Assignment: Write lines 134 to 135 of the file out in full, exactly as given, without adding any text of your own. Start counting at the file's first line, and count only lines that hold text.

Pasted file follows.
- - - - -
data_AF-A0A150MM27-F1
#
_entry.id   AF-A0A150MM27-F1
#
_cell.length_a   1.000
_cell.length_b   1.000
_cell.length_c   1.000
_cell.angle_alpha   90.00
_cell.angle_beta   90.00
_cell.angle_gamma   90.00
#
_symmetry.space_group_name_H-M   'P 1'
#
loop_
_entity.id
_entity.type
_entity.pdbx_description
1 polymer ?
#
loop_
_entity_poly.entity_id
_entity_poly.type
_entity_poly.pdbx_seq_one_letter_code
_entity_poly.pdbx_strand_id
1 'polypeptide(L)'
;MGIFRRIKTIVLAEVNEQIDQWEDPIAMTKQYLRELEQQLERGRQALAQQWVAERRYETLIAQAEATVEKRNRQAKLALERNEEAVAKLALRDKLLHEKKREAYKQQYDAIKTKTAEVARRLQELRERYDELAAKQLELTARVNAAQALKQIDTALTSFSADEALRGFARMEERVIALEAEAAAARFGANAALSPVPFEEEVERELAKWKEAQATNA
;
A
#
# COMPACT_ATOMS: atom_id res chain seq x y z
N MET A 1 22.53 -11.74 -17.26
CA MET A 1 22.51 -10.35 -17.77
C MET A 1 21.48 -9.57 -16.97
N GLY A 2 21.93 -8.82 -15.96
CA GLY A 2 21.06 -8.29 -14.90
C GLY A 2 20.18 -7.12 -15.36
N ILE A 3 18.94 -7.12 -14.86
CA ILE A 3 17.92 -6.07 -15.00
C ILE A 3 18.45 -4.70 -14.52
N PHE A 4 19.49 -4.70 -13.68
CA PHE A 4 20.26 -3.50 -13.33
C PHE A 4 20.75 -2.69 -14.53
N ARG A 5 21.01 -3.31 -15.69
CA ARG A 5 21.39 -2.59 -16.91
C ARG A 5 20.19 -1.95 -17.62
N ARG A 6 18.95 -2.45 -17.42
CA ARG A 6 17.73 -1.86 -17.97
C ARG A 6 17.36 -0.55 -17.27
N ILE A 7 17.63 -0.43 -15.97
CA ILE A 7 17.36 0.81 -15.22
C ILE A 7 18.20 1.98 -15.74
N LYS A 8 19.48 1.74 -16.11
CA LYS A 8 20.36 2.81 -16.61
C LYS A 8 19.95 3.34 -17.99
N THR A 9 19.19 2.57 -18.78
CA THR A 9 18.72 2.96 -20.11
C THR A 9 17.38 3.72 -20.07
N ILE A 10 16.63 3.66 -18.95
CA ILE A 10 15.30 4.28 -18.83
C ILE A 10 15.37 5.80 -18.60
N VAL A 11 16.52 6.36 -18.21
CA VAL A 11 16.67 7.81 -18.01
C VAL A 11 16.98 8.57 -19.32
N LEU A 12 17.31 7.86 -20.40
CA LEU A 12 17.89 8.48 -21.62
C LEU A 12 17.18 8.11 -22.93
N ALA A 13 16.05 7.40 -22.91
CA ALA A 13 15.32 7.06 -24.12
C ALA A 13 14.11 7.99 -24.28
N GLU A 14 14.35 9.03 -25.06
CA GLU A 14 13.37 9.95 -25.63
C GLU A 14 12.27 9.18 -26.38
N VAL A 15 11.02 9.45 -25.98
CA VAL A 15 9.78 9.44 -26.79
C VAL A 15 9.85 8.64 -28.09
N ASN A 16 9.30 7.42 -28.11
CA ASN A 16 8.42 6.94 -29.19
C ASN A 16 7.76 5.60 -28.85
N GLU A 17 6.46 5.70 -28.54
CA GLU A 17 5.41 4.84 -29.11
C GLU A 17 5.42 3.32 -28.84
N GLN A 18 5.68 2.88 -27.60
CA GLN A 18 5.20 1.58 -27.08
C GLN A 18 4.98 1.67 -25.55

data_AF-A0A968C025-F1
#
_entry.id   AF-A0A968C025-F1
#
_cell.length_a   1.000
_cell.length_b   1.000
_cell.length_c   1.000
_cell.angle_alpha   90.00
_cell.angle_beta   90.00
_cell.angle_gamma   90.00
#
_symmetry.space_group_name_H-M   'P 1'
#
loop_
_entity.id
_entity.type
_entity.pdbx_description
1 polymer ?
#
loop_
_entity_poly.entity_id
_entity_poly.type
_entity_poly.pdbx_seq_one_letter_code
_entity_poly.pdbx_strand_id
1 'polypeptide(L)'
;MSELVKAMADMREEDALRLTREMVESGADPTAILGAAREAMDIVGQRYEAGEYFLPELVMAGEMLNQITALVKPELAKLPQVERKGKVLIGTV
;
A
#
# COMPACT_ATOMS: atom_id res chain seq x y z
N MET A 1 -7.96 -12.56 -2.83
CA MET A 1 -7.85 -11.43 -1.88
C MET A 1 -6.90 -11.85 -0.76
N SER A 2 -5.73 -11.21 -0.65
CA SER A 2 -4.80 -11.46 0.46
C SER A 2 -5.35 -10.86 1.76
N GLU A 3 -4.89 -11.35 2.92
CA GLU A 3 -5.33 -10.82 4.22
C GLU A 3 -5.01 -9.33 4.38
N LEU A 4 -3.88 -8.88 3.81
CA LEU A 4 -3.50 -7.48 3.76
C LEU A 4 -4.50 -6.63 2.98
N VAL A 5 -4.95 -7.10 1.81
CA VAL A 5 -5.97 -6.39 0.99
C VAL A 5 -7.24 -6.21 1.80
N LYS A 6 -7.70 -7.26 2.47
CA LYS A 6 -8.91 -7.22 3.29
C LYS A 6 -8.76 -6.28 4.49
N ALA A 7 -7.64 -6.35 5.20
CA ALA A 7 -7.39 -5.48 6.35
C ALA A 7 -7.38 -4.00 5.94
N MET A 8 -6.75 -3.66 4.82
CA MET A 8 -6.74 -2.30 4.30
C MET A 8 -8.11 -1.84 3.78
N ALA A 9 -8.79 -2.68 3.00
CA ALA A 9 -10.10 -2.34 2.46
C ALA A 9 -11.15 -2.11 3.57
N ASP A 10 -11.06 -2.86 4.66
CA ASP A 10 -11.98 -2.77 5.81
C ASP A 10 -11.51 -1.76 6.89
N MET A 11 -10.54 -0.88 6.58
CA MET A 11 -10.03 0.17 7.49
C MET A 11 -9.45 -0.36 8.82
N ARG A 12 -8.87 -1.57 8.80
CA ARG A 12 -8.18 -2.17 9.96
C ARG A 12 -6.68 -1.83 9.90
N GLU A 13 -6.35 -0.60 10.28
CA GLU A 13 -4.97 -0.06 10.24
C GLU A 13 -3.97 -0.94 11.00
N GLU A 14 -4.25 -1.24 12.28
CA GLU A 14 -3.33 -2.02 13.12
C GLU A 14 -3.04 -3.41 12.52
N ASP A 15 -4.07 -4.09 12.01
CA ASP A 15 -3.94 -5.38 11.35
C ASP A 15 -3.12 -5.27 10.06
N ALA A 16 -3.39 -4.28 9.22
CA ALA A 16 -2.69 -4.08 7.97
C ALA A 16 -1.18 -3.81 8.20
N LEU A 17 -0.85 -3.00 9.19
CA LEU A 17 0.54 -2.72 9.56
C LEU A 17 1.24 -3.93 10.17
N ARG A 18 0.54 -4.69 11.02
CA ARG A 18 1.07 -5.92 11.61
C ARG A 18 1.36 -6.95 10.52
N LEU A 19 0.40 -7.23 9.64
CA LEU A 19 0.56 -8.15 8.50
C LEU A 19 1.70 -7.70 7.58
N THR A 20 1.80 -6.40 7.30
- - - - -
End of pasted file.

CA ALA A 7 -7.39 -5.48 6.35
C ALA A 7 -7.38 -4.00 5.94